Stellar Generations

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The first generation of stars were not like the stars we see today. This is because the first stellar generation was born directly from pristine hydrogen and helium–the two lightest atomic elements in the familiar Periodic Table. Both hydrogen and helium were born in the Big Bang (Big Bang nucleosynthesis). It is believed that the first stars were both gigantic and extremely brilliant, and their existence changed our Universe from what it was to what it now is.

There are three generations of stars. Our Sun is a member of Population I, meaning that it is a member of the youngest stellar generation. Population III stars are the most ancient, and they formed out the pristine gas that lingered after the Big Bang. In the jargon of astronomers, all atomic elements heavier than helium are called metals. Therefore, the term metal, as used by astronomers, is different from the same term when it is used by chemists. Population II stars are stars that are sandwiched between Populations I and III. These stars are older than our Population I Sun, but younger than the first stars of Population III. The first stars were depleted of metals, but the Population II stars show trace quantities of the metals forged in the hot hearts of the Population III stars. Population I stars, like our Sun, have the greatest metal content. However, this neat classification is somewhat misleading. This is because all stars, regardless of their generation, are roiling balls composed primarily of hydrogen gas.

Because metals can only be produced by way of the process of stellar nucleosynthesis, the existence of even trace quantities of metals indicates that an earlier Population of stars had to exist before the Population II stars were born. There had tp have been a population of stars that existed before them in order to create these metals. The Population III stars, which no longer exist in the visible Universe, left their chemical “footprints” behind in the generation of stars that came after them, and these stellar “footprints” tell of that now-vanished primordial population of the most ancient generation of stars.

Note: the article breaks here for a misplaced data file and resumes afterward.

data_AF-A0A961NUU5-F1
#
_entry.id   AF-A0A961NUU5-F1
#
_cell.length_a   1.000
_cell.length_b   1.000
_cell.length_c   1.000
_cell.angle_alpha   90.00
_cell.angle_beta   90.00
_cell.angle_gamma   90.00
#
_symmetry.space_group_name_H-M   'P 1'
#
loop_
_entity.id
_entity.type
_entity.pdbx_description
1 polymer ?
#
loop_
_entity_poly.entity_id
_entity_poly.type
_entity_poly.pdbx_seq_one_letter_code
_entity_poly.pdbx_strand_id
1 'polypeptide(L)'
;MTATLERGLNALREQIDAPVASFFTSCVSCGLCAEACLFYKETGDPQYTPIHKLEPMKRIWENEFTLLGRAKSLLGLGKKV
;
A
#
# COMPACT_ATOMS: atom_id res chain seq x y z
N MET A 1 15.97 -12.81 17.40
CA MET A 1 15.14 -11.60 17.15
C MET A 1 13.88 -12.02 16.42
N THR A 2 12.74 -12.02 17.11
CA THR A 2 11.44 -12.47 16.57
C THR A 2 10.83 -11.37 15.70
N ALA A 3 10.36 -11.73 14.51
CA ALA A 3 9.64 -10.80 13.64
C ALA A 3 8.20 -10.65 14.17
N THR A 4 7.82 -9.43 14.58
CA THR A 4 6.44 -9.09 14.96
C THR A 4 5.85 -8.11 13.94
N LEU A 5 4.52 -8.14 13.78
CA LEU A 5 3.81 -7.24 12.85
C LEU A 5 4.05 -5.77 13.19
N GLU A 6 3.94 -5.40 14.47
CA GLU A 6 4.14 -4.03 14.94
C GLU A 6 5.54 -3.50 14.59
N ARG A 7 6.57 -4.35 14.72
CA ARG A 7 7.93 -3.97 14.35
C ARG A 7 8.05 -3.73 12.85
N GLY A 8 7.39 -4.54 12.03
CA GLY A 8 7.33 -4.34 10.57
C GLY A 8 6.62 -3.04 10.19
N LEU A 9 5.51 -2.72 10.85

Astronomers roughly categorize stars as either Population I (high metal content) or Population II (low metal content). But, because even the most metal-poor Population II stars sport a small quantity of metals, they reveal that their composition is composed of more than only the pristine primordial gas that formed in the Big Bang birth of the Universe. The Population III stellar giants were made up of only the lightest of pristine gases: hydrogen, helium, and scant amounts lithium. Therefore, the gas that composes Population III stars was not “polluted” by the heavy metals forged in the hot hearts of earlier stars. Population III stars triggered the gradual increase in stellar metallicity in increasingly younger and younger generations of stars.

Population III stars are generally thought to have been born in pure cradles of unpolluted gas. Numerical computer simulations have shed light on the very ancient and mysterious star-forming process, and the extremely short life-span of the first stars. The gigantic Population III stars did not go gentle into that good night, and they noisily blasted themselves to pieces in brilliant supernova explosions, that hurled their supply of newly-formed metals howling noisily into the space between stars. This made the newborn heavier atomic elements available to be incorporated into the giant cold, dark molecular clouds of gas and dust that served as the strange nurseries for later generations of more metal-rich stars.

Because the first stars were so massive, they rapidly used up their necessary supply of pristine hydrogen gas–and then blasted themselves to shreds in what were likely extraordinarily powerful, brilliant, and violent supernovae. Population III stars burned out at a comparatively youthful age by star-standards. These ancient supernovae were largely responsible for triggering a remarkable sea-change in the Universe. These stellar dazzlers changed utterly the dynamics of the Universe by heating it up. This new heat ionized the ambient gas.

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